Do a mix of everything:
Solving tactics puzzles on websites like chesstempo, lichess,... and many others is the easiest and best way. Make sure to understand the idea behind each puzzle, whether it is a fork a pin, etc. Chesstempo is good in this respect as it will show you (after you solve or after you fail to solve) the theme(s) of the puzzle.
At this point you should focus on simple topics like mating with king+queen, king+rook, basic pawn endgames. Lots of books written on endgames, but the basic ones you should be able to find online as well.
The importance of openings is often overestimated by beginners. I'd recommend not to focus on any specific opening, but instead learn and follow basic principles such as: occupy the center by pawns, develop pieces (bishop, knight) to active squares, don't move pieces twice in the opening, castle. Chances are that if you follow these guidelines you are going to follow (more or less) an "official opening". Don't learn any opening lines by heart so far. It is unlikely that your typical opponent is playing an opening for more than a couple of moves and also at this point in time you are not in a position to punish your opponent for deviating from the accepted best line, because you do not understand the ideas behind the openings yet.
Middlegame / developing a plan
This is the most difficult part. Once you stop blundering pieces in one move and falling into basic tactical traps, this is one of the most important ways to improve.
Finding a good plan requires lots of experience which you will gain through playing and analyzing your games. Essential to developing a plan is an evaluation of the current and of potential future positions. There are many factors that go into such evaluation, such as:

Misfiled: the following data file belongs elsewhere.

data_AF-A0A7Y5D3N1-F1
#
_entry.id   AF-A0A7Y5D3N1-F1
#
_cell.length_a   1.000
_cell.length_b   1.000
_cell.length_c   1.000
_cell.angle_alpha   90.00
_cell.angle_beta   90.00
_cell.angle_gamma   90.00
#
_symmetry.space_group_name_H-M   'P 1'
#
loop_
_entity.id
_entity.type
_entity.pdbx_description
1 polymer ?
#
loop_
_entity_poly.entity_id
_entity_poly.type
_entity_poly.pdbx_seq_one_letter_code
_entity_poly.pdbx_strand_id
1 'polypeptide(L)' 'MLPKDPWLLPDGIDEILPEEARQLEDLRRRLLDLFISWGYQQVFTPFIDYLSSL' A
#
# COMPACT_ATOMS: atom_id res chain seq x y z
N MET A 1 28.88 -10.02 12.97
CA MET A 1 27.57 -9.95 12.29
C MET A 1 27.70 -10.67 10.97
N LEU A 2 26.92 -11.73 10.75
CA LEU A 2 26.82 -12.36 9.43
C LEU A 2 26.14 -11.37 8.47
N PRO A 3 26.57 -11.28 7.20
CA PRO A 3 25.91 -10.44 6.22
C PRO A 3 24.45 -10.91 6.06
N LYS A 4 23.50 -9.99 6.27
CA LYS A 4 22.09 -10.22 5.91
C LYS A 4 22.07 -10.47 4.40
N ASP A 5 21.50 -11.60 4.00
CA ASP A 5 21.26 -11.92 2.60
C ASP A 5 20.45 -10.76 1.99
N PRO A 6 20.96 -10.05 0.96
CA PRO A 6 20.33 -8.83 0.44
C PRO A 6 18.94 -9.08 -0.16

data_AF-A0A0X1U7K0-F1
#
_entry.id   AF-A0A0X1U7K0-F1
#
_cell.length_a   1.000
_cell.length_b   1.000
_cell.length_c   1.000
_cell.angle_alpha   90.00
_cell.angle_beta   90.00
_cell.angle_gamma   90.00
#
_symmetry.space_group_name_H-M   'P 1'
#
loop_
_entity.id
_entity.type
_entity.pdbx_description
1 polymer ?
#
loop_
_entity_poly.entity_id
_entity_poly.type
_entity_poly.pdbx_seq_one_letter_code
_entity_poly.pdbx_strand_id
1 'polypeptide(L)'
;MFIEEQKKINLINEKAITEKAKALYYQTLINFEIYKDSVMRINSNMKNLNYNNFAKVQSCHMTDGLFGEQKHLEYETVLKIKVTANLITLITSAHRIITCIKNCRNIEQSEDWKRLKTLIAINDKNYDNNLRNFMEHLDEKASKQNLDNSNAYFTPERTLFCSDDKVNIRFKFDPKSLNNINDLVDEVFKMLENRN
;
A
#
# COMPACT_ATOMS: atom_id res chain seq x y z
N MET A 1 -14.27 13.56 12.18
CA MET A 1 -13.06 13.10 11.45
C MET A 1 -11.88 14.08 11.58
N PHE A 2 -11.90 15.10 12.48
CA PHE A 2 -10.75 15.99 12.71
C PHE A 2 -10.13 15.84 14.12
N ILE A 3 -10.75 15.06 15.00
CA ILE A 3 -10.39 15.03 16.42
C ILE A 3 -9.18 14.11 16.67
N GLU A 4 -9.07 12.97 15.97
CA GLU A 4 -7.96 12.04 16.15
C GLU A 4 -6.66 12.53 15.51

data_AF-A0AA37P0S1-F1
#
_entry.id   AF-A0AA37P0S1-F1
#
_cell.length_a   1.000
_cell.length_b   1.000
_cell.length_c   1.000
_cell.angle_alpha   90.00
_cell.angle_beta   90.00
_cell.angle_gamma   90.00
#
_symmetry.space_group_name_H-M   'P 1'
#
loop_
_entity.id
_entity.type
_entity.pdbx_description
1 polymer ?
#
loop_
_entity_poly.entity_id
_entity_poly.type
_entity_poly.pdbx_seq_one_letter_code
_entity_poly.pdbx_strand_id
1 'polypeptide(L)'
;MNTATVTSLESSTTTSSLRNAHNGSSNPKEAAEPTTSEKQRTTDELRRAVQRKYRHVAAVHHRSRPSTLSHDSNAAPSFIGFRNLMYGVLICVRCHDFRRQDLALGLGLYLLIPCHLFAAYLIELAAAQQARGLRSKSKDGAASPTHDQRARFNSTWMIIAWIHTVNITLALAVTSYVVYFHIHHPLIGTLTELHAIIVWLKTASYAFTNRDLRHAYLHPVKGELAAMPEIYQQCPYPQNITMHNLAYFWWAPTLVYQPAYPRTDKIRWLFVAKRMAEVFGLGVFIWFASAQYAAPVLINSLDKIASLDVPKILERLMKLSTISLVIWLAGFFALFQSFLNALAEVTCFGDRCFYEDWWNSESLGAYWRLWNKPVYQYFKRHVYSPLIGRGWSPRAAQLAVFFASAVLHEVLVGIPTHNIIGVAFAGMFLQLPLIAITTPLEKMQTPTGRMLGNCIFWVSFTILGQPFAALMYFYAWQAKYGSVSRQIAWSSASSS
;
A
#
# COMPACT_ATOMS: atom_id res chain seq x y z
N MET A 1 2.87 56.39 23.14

- material (learn about the value of the pieces); this is usually the most important factor
- activity of pieces (good pieces usually have lots of space to move and can attack enemy pieces; poor pieces are often hindered in movement by other pieces, particular by their own pawns)
- king safety (how many defenders, particularly pawns around your king)
- open lines (it is usually advantageous to occupy these by your rooks/queen)
- weaknesses, particularly isolated and/or doubled/tripled pawns can often be a good target for attack; also think of how you could create such weaknesses
Start by evaluating the position on the board for your and your opponent's side. This should give you ideas for a plan. For instance if you find that one of your pieces does not do much, think of ways to activate it. This could be for instance through moving the piece somewhere else, but also through opening lines using pawn moves. Likewise for the other factors. Did your opponent neglect king safety? Perhaps it is time for an attack.
Learning all this by yourself is very hard. Ideally you'd have a stronger player look through your (or other people's) games and discuss the evaluation of positions (and resulting plans) with you. If you don't have somebody to do that, second best would be to read annotated master games or watch commented games (chess24, youtube...) on the internet.
Playing / analyzing
Play lots of games at longer time controls (avoid blitz) giving you enough time to think about your moves. If you do this online (e.g. on lichess) you have your game automatically saved. Once you finished a game, run a computer analysis (can be done on lichess among others) on it which will point out major mistakes. Analyze the mistakes look at the recommended best move and try to avoid the same mistake next time you play. Repeat...